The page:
Hoping to end the matter quietly, AU lawyers and board chairman Edward R. Carr confronted Berendzen on April 7 and asked for his resignation. That same day, the Fairfax woman, who knew the calls had been coming from the university but had not been told the caller's identity, says she had one last phone conversation with the man, during which he angrily accused her of "destroying [his] life." Fearful that the caller might try to harm her or her children, the woman considered phoning the president of American University to enlist his help in learning the suspect's name. Three days later, when Berendzen's sudden resignation was announced, she quickly made the connection. "It blew my mind when I heard the news," she says. "My husband had to peel me off the ceiling."
She was one of the few who knew the truth. On campus and on the Washington social circuit, speculation swirled that Berendzen had been implicated in an academic fraud or, at worst, some financial impropriety. Attempting to dispel the rumors, the university issued a cryptic statement declaring that Berendzen's departure had been prompted by accusations about his "personal actions." Two days later, when it became clear that the university was desperately hoping to avoid a scandal, the Fairfax woman began leaking details of the case to reporters. "It is time we get our heads out of the sand," she told PEOPLE, defending her decision. "If I can save one child by going to the media, it is worth it."
In fact, police, who confirm that the Fairfax woman is a source for their investigation, say they have no reason to believe that any of the sexual activities described by the caller ever took place. There was apparently no baby in a cage, no wheel of discipline, no family orgy; authorities suspect the caller's story was all an elaborate, sick fantasy. Since the case became public, at least two dozen other women, all of whom put child-care ads in the newspaper, have contacted police to report receiving calls similar to those described by the Fairfax woman. Under Virginia law, making obscene phone calls is only a misdemeanor, punishable by a $1,000 fine and up to a year in jail. Authorities are still in the process of building a case, although the Fairfax woman has hinted that she may sue Berendzen on grounds of mental torture.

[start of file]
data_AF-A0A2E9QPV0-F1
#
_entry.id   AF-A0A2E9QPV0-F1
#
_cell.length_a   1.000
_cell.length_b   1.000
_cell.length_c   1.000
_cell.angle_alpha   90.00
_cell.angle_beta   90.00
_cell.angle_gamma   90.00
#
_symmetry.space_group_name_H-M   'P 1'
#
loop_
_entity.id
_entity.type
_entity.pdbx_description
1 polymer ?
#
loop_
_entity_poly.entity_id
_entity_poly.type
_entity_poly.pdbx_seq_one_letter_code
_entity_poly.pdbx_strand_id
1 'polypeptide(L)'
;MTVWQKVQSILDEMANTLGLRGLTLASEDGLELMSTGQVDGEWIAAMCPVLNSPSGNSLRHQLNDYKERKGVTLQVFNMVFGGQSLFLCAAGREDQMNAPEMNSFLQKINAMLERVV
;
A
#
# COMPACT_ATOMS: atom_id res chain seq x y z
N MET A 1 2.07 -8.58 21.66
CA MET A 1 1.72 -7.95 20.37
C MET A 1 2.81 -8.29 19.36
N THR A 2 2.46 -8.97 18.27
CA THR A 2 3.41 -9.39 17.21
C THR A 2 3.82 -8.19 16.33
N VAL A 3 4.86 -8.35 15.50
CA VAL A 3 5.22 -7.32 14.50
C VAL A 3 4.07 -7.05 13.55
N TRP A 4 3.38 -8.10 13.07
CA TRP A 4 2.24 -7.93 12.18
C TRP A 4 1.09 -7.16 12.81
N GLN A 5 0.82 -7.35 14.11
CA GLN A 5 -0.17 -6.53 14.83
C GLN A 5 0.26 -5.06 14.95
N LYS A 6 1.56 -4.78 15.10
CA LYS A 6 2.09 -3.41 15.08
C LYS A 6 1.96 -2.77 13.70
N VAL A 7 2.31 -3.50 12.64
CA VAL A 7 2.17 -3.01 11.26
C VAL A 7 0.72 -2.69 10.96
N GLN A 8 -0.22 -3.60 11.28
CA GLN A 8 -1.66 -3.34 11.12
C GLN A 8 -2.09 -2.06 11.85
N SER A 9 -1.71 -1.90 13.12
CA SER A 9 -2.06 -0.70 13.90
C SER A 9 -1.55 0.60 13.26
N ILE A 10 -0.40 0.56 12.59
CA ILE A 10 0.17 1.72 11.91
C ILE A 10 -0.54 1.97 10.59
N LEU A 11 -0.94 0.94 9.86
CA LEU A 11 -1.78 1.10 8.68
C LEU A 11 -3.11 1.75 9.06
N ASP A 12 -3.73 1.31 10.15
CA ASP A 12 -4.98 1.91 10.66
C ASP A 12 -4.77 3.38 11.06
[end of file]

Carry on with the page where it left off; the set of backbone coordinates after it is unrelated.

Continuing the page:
In the meantime, Berendzen has checked into Baltimore's Johns Hopkins University Hospital, which has a nationally known Sexual Disorders Clinic. In a written statement, he said that he was undergoing treatment for an unspecified "illness" with a regimen that is "intense, difficult and mentally painful. It is, of necessity, a slow course of therapy and counseling."
Friends and colleagues seemed baffled as to how he could have fallen so far. Berendzen had not been overly popular among faculty members at AU. Though gregarious in public, he was a loner who rarely got to know his colleagues in any meaningful way. "He had a presence," says one professor. "He would come into a room with a puff of majesty and civility. But I always wondered about him. He is a very cold man, and when he is not on-stage, it is very hard to know who he really is." Berendzen himself admitted as much. "Aside from my wife, I really don't have any close friends," he once remarked. "Nobody I can get together with and talk about things that have nothing to do with business."
He could also be heavy-handed in his dealings. Some faculty bridled when he turned down several promotions and applications for tenure, ostensibly because he hoped to find better candidates from outside. So great was the acrimony that Berendzen appeared at one administrative meeting wearing a suit of medieval Spanish armor, which inspired the title of his memoir. Moreover, there was a sense that his promotional efforts reeked of self-interest. Grumbling erupted when he hired a public relations consultant who spent much of her time touting the president's accomplishments rather than the university's triumphs. All the same, there was almost a feeling of mourning on the campus last week. Some of Berendzen's associates speculated that distress over the health of his second wife, Gail, who underwent a hysterectomy two months ago, may have been a factor. Among students the reaction was a mixture of shock and bitterness. "Several students have told me they think this lessens [the value of] their degree," says one professor. "Another told me, 'This is like having a weirdo for a father.' " For Berendzen, of course, it was far worse—the end of a career to which he had sometimes seemed so perfectly suited.
—Bill Hewitt, Garry Clifford in Washington
As a child, Richard Berendzen was stricken with rheumatic fever, which confined him to his bed for nearly three years. During that time the youngster would gaze at the stars, he once recalled, and wonder, "Does space end? Did it begin? Has it always existed?"